May 9, 2018

Annual Interfaith Iftar

I am excited! I ordered 9 free tickets for my wife, my kids, my in-laws, and myself. We are going to the annual INTERFAITH Iftar of Ramadan at Maryam Islamic Center in Sugar Land on May 31st, 2018. Here is what is going to happen there:
6:30 PM – Arrival & Socializing
7:00 PM – Program Begins
8:15 PM – Fasting Experience/Iftar
8:40 PM – Prayer followed by Dinner

Amina Ishaq is the Lead for Maryam Islamic Center’s Interfaith Team. Which brings me to the question: Who is the lead of St. John’s Interfaith Team? How come we don’t have an Interfaith Team? Anyway here is her introduction on the importance of the holy month:

“Ramadan is a special and holy month of the Islamic lunar year for over 1.6 billion Muslims around the world. It is a time for inner reflection, contemplation, discipline and devotion to God. As we fast and sacrifice food and drink during the daylight hours, we are reminded of Gods blessings upon us and are encouraged to be charitable.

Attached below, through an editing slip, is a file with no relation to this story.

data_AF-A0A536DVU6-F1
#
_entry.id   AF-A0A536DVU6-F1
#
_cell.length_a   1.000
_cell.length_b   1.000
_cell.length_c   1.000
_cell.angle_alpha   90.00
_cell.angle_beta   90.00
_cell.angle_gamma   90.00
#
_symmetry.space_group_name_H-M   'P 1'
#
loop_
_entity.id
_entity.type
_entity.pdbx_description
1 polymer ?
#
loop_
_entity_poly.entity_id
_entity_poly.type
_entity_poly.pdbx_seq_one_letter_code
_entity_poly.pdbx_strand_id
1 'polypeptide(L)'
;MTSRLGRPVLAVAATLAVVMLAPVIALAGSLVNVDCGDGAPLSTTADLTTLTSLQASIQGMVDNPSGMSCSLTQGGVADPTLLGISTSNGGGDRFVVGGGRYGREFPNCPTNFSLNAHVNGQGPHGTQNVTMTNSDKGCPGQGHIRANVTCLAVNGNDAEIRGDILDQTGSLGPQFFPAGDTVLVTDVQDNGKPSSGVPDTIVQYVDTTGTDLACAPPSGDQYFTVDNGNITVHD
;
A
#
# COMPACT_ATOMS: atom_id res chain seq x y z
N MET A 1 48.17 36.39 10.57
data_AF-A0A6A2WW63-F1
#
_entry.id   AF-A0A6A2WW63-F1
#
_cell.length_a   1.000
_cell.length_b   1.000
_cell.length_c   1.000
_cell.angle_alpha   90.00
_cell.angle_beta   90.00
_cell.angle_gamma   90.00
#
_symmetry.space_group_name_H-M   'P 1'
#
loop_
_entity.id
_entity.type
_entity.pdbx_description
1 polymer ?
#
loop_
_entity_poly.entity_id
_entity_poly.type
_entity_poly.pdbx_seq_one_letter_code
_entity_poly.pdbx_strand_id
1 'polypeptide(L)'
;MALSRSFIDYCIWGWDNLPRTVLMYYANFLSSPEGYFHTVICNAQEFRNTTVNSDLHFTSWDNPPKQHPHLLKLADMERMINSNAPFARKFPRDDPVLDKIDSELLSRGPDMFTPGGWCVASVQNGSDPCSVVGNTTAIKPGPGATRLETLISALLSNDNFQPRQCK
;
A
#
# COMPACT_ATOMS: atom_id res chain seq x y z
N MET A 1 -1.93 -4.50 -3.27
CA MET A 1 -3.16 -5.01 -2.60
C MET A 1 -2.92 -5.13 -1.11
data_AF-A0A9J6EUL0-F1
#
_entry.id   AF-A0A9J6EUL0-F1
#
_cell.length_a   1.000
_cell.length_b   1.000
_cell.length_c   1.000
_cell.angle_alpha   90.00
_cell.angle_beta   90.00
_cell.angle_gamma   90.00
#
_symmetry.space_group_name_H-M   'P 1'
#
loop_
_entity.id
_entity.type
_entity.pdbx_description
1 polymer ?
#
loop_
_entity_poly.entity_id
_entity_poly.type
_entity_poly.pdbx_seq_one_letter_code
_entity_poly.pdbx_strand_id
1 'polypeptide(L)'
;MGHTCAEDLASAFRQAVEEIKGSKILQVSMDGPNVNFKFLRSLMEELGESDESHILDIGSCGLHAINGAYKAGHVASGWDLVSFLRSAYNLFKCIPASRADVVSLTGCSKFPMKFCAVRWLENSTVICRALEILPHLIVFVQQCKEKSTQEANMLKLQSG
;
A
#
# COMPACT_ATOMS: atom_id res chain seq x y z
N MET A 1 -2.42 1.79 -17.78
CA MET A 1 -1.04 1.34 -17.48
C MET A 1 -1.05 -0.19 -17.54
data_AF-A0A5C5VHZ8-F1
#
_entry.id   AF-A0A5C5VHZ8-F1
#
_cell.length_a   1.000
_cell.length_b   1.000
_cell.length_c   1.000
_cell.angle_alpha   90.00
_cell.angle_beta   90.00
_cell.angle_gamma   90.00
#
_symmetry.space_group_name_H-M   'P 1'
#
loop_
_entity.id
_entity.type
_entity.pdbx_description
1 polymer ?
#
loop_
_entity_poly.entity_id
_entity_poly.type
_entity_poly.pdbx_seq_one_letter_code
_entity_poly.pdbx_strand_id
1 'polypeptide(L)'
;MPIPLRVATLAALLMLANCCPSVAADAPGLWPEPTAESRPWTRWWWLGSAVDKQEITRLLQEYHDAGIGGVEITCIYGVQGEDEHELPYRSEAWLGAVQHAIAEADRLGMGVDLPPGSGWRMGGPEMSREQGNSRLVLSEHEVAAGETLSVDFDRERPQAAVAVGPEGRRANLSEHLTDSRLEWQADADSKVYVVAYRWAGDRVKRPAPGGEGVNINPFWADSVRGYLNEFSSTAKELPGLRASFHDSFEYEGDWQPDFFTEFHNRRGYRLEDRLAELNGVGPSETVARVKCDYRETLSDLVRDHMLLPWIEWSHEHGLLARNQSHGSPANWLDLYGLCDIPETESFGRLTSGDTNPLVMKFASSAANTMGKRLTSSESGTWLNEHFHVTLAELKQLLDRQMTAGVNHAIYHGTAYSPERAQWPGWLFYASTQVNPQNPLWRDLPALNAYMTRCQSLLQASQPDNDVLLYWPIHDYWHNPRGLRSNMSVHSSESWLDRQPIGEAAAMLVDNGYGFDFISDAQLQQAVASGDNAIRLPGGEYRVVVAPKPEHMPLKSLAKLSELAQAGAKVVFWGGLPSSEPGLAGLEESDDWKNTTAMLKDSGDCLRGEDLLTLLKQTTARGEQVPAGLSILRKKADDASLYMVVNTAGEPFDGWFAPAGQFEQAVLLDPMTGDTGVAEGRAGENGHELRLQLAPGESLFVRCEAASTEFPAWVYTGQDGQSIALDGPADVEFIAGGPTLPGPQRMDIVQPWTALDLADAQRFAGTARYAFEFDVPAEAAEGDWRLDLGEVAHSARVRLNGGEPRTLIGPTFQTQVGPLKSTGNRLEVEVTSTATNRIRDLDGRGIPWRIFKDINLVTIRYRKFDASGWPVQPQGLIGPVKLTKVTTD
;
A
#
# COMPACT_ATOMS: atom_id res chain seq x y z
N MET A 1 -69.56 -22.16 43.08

Ramadan is a month of giving and sharing. It is an opportunity for friends and family of diverse faiths to understand one another and to show kindness to those around them. It is a time of renewal and recommitment to bettering oneself. It is a time for one to become closer to God through sacrificing ones most basic need in order to become more patient and disciplined. The holy Quran was also revealed in the month of Ramadan.
The month of Ramadan ends with the celebration of Eid-ul-fitr or the celebration of the breaking of the fast. On Eid muslims pray to God, greet one another happily, exchange gifts, eat delicious food, visit family and neighbors, give charity and have fun.
It is our hope that this Ramadan & Eid brings a sense of peace and hope throughout the world.”

So, don’t miss out. Please join me and my family this Ramadan. Get your free tickets over here. If you can’t make it this time, then at least talk to your church council members about getting an Interfaith Team started at our church. I’d love to help!

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May 1, 2018

Where does church fit into your life?

We count how many people attend church every week. But that’s not all: we also keep a membership roll of who “belongs to the church”. Then we also look at how much money ends up in the offering plates every month. How big is your church? We answer that question in terms of Sunday attendance, membership and income.